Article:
The Trojans had to face Stanford without their star center, Khaled Holmes, and the results were disastrous. USC’s offensive line got absolutely no push against Stanford’s more than capable defensive line and the casualties were a completely stagnant running game and a vulnerable Matt Barkley.
Kiffin noted that going against Stanford without a veteran line would spell trouble, and spell trouble it did indeed. Having shrugged that loss off though, the Trojans must again prepare to go against another conference opponent with a less than ideal O-line situation.
Whether they sink or swim will say a lot about how this team goes about the rest of this season.
Sure, Holmes is listed as the started on this week’s depth chart, but we have seen in the recent past that what the depth chart lists isn’t necessarily set in stone. USC K Andre Heidari is also listed to be back this week, but if the rumors surround his knee surgery are true then he should still be out another week or so.
Either way, the Trojans need to prepare for Cal without Holmes, as there will be no excuses this time if they drop this game. At Left Tackle, Aundrey Walker gave an underwhelming performance against the Cardinal and in the wake of that he will now compete with Max Tuerk for the starting job. Over the next two practices, both of them need to greatly step their game up, as Cal will be no walk in the park and it is likely both of them will need to see the playing field.
Cyrus Hobbi took a lot of flack on Twitter for his poor performance, but he did all that was asked of him on such short notice. There were indeed times where he got the snap count wrong or blew an assignment and the Trojans suffered for it, but inexperience is a bug that bites everyone. He must now shake that performance off and give a stellar performance this week.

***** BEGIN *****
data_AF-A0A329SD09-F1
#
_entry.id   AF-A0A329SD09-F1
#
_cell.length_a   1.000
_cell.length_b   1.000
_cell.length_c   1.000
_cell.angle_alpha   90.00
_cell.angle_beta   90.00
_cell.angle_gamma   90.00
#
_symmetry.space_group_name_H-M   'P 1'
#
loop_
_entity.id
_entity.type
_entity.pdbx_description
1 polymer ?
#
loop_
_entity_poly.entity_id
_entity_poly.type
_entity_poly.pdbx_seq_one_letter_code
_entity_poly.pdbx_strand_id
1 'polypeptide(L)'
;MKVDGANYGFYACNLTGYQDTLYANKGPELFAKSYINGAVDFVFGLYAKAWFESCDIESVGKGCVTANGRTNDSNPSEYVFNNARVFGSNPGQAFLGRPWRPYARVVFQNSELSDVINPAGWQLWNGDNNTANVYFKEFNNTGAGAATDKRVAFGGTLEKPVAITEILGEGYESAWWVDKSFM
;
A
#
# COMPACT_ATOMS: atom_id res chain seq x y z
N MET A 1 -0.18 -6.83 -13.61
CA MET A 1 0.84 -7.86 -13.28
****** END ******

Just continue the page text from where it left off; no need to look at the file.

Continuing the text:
Cal has been inconsistent over the years and Barkley has exploited that to his benefit: he averages 276.7 yards through the air during his three wins over Cal, throwing seven touchdowns and only one interception. All three of those contests came behind an experienced O-line, and if the line does not come through for him again this week, his stat line will not be nearly as impressive this year.
Cal’s defense held Ohio State to 412 yards in front of a sold-out crowd at the Shoe, showing that they can hang on the road. But with Cal being Cal, they managed to falter when it mattered most, something they are prone to do. If the Trojans want to keep this game out of reach, the USC offense cannot give the Bears the confidence that they can slow the Trojans down.
Aside from protecting Barkley, the O-line really needs to start establishing holes for Curtis McNeal and Silas Redd to get through. We haven’t seen anything close to spectacular from these two yet; some of that can be attributed to their own inabilities to get the ball rolling, but most of it stems from not having a strong front line to give them gaps.
Having Khaled Holmes back would obviously be ideal for USC, but gameplanning without him is essential to not being caught off guard two weeks in a row. The offensive line was not USC’s only problem against Stanford–Barkley in and of himself struggled to command as he needed to–but they were the main cause of Kiffin calling Stanford’s game “the worst offensive performance in nine years” from USC.
If the Trojans want to reach postseason glory, they better hope Kiffin doesn’t ever say those word again.